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Volume 9, Number 2—February 2003


Influence of Role Models and Hospital Design on the Hand Hygiene of Health-Care Workers

Mary G. Lankford*†, Teresa R. Zembower‡, William E. Trick§, Donna M. Hacek*†, Gary A. Noskin*†‡, and Lance R. Peterson*†‡Comments to Author 
Author affiliations: *Northwestern Prevention Epicenter, Chicago, Illinois, USA; †Northwestern Memorial Hospital, Chicago, Illinois, USA; ‡Northwestern University Medical School, Chicago, Illinois, USA; §Centers for Disease Control and Prevention, Atlanta, Georgia, USA

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Table 4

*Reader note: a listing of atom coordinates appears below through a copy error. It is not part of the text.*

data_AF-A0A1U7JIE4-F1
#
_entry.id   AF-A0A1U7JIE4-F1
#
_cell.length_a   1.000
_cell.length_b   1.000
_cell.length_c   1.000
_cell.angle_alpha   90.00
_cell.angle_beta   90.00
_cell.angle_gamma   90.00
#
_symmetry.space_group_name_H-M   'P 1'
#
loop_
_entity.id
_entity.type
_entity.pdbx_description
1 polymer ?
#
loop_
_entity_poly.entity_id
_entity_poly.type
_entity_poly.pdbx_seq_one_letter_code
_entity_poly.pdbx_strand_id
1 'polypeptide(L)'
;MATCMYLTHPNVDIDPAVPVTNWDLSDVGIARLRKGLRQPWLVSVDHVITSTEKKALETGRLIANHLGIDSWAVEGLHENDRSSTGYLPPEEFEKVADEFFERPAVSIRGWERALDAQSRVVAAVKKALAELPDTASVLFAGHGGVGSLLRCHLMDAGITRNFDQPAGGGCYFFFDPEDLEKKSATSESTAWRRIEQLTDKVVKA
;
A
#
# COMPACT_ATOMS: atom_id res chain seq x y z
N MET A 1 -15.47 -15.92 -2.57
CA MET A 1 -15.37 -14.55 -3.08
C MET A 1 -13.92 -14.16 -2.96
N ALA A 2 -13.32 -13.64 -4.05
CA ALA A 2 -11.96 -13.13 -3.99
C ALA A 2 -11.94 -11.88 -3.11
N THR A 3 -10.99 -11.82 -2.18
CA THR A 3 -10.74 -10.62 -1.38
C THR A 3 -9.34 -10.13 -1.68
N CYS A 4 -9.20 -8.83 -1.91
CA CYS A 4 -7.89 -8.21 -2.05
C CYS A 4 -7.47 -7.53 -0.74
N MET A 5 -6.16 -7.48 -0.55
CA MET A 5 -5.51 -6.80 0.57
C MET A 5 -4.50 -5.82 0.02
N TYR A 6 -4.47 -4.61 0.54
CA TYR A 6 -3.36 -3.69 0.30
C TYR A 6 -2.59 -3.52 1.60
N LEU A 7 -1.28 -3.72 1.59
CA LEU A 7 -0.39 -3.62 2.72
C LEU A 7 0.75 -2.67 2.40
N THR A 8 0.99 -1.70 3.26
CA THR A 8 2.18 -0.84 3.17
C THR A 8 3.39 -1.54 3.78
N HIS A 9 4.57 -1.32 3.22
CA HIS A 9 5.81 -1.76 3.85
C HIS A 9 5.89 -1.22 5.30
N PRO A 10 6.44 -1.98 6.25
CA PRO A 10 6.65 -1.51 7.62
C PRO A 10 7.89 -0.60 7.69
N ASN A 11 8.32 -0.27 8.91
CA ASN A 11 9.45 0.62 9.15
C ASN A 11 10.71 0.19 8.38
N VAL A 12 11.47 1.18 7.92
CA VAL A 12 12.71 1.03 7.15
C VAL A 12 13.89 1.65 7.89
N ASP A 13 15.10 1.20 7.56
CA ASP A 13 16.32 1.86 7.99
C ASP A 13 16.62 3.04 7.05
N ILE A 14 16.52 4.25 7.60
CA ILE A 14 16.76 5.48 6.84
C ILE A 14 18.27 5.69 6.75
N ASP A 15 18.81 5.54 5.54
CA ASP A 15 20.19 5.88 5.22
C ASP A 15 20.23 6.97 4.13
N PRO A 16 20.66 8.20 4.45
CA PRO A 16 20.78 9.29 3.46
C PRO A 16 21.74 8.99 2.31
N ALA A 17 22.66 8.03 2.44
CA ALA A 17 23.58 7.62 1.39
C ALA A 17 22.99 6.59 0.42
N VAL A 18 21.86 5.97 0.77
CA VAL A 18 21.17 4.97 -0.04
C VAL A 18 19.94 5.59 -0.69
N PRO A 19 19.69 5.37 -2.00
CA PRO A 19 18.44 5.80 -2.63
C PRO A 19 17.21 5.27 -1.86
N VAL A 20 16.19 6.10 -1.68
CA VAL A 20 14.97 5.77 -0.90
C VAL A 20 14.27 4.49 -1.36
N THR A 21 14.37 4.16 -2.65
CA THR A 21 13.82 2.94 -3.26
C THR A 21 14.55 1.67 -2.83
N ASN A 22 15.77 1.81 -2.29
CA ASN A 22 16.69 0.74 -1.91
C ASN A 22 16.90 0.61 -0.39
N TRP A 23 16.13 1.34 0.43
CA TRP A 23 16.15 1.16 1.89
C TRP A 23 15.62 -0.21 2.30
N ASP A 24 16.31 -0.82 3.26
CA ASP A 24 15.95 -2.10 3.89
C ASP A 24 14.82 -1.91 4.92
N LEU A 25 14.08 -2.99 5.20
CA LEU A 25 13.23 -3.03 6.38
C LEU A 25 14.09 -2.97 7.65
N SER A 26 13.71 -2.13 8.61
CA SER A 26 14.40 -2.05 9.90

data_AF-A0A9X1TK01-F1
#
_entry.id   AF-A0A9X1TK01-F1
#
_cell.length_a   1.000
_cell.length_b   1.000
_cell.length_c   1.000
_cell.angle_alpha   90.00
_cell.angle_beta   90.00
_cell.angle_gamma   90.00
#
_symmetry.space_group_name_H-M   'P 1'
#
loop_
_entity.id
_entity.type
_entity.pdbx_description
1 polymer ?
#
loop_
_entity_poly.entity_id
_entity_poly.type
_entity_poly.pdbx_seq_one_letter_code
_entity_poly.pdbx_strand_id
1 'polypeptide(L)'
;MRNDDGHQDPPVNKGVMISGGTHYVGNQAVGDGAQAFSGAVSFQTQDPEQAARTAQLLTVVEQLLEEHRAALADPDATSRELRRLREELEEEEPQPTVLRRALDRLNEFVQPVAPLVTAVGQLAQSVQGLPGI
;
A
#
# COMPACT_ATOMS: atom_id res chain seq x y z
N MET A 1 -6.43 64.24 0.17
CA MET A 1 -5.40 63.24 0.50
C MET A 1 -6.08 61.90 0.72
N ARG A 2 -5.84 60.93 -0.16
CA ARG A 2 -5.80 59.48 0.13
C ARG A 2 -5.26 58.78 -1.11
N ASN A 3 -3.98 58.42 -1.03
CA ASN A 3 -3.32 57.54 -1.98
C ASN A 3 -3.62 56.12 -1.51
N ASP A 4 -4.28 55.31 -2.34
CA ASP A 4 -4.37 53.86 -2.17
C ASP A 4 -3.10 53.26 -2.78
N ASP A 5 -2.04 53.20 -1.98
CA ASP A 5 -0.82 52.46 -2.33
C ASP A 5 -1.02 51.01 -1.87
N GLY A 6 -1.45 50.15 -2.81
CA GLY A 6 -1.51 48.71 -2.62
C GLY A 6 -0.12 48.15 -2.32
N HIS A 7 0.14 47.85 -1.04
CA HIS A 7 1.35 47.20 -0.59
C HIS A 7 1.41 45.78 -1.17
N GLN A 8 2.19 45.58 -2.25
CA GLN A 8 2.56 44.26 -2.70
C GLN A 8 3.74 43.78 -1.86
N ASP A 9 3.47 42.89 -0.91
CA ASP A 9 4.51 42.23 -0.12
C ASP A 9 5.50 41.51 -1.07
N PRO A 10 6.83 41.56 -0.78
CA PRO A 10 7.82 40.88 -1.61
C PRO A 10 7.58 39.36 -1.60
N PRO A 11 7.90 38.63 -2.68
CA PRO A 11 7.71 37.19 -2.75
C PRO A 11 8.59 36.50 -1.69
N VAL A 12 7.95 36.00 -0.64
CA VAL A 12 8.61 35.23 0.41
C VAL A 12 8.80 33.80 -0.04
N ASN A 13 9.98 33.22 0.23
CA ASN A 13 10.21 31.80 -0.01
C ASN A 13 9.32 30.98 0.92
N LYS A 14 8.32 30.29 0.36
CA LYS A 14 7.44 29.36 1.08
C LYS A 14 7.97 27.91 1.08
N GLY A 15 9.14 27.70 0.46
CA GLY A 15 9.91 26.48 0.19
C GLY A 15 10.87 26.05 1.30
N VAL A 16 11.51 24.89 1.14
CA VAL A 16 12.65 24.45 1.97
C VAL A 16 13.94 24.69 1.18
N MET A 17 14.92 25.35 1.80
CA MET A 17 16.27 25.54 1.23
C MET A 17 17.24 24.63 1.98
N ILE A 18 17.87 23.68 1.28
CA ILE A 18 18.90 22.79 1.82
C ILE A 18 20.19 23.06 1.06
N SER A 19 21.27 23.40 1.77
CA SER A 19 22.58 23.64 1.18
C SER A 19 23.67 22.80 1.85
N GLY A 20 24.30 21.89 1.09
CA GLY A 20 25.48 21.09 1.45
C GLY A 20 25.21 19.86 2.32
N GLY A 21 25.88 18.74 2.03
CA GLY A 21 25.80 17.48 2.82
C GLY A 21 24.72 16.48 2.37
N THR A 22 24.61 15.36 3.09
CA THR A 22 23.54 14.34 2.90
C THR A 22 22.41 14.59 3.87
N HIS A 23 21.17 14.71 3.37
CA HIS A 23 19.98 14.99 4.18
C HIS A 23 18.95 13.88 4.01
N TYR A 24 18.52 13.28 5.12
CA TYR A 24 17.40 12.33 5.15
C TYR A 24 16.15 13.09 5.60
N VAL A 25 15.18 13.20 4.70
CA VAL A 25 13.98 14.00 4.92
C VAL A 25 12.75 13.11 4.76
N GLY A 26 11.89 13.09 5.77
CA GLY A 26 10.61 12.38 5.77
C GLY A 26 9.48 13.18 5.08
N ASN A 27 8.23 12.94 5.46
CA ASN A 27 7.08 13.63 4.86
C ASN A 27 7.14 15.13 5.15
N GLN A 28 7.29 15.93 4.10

Effect of behavior of other health-care workers in the room on health-care workers’ hand-hygiene compliance, by multivariate analysis, Northwestern Memorial Hospitala

Variableb Odds ratio 
(95% confidence interval) p value
Room entry alone (n=291)

In a room when a peer performs hand hygiene (n=48)
1.1 (0.6 to 2.3)
In a room when a higher ranking person performs hand hygiene (n=64)
0.8 (0.4 to 1.3)
Highest ranking person in the room (n=144)
0.6 (0.4 to 1.0)
In a room when peer does not perform hand hygiene (n=41)
0.4 (0.2 to 1.0)
In a room when higher ranking person does not perform hand hygiene (n=111) 0.2 (0.1 to 0.5) <0.001

aAdjusted for variables significantly associated with increased hand-hygiene compliance, i.e., health-care worker glove use, hand hygiene on room entry, invasive procedures, patient contact, and old versus new hospital.

bNurses and physicians accounted for most observations for all categories.

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